The Way You Can

We actually recorded two different versions of this song, which was another first for me. I wrote it as a much more uptempo tune, but my producer and friend (not necessarily in that order) John Raham heard it as a much slower and heavier song. We agreed to lay it down both ways and decide on which version would make the cut later. I loved them both but they’re very different songs. We agreed that the “slow” version would be on the physical album and the quicker version would be the streaming single. Somehow wires got crossed and I woke up on release day to the heavy/slow version streaming away. So, if this song really bums you out, hang in there. A faster version may yet still be coming.

Down the Line

This is the song on the album that I worry most egregiously shows its influences right up front. I was aiming for a little bit Bob Dylan, a little bit Nick Drake and a little bit Simon and Garfunkel. I successfully missed each one and landed here. That pretty much sums up most of my work, actually.

When We Come Back Down

This is the only co-write on the album. I flew to Nashville and had the privilege of working with some amazing songwriters. I wrote five songs in five days with five different artists. Stephony Smith and I wrote this song at her home after having a drink and listening to some Tom Waits. None of those other songs have been thrown out and they may show up on future albums but this was the only piece I got that week that I felt really fit this particular puzzle.


We’d started recording the new album but two of the songs weren’t working. Near the end of the sessions I decided to take the weekend off and try writing to see what I’d get. I’ve never written anything while I’ve been working in the studio before. Maybe that’s really green of me, but I like to have the whole collection of songs ahead of time. This song showed up very quickly. It’s a bit of a departure for me melodically but it felt like the right next step to take.


I’d had the bones of this song kicking around for years. It was always in the back of my mind, lurking somewhere. I had the melody for the verses but I couldn’t write the lyrics and I had no idea what to do for a chorus. It’s very rare for me to attempt to finish something that’s years old and basically directionless but life, finds a way. I truly think I had to be at this place in my life to be able to finish this song. It was waiting for me, not the other way around.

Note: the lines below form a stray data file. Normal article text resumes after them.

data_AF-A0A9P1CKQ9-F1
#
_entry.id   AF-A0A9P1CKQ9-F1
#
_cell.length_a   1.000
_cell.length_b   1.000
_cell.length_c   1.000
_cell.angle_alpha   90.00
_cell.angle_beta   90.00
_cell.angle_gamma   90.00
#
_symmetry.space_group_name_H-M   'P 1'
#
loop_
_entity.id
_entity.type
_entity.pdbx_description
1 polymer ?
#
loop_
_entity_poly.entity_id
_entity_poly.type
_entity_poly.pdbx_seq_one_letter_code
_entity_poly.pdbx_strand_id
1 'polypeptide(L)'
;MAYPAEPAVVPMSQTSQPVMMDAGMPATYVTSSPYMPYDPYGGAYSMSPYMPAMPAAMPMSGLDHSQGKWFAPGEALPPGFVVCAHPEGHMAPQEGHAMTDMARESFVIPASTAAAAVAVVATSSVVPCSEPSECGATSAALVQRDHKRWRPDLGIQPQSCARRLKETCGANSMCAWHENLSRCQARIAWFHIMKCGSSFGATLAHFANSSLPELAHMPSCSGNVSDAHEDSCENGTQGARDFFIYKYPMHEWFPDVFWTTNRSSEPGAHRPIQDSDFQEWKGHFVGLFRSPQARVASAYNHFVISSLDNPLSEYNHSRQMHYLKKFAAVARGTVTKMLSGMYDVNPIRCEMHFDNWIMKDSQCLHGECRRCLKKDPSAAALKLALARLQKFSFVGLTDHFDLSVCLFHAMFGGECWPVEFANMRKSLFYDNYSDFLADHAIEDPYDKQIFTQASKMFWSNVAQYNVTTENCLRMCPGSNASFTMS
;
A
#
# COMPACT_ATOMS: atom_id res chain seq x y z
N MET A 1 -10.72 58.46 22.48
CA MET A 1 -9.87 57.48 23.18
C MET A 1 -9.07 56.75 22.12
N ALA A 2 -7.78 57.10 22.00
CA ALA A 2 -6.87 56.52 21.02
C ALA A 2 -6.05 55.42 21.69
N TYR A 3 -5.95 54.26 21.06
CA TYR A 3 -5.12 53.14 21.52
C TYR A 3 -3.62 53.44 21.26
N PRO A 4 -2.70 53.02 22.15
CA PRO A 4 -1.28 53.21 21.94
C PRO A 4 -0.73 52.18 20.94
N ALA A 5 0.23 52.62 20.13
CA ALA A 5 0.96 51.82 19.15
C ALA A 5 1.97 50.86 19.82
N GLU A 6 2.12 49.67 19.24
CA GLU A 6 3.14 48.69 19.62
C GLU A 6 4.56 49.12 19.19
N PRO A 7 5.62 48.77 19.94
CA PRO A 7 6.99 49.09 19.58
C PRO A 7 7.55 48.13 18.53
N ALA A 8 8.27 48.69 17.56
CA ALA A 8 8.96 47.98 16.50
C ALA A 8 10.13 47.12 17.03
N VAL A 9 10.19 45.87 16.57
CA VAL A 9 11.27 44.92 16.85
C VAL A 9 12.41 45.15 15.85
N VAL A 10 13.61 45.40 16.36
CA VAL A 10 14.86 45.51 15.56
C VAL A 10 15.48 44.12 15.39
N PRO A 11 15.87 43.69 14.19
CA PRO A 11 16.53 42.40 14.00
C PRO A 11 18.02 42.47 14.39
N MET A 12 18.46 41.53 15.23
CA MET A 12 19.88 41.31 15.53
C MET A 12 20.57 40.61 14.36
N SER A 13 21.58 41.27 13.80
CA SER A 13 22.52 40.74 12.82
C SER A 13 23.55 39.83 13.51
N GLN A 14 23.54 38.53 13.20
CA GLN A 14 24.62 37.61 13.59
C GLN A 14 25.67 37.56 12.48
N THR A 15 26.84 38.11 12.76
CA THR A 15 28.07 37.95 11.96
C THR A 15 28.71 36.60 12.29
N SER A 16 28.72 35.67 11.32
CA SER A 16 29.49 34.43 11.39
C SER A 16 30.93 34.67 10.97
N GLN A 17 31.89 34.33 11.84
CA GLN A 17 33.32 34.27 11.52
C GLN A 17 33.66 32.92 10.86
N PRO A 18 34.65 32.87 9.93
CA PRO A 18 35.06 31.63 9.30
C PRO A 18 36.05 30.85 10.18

One More Day

This was the second song I wrote while we were in the studio. It also came quickly. So quickly, in fact that I was a little unsure about it. I’d used a 12 string and a nylon string guitar as the two main instruments and it worked but it had a certain feel to it. I thought it sounded a bit like an old John Denver song. At lunch one day we paused and asked ourselves, “is it possible to sound too John Denver?” and with a hearty laugh, we replied, “No.”

Wrong Side of Town

This is the most country sounding song on the album. I don’t sit there and try to write a folk song or a country song or anything. I couldn’t if I tried. I just write what feels most true to me at the time. This one’s a bit tongue-in-cheek lyrically, but it comes from the same deeply personal place as the rest of them.

Supposed to Say

The biggest departure for me sonically, by far. Originally there was no guitar on this song. The demo is just synth. I don’t know about the electric, but this one might have them yelling “Judas” in the aisles. We’ll see.

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:: stream/purchase Evergold here ::
:: connect with Joshua Hyslop here ::

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Evergold - Joshua Hyslop

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? © Emma Rossum


an album by Joshua Hyslop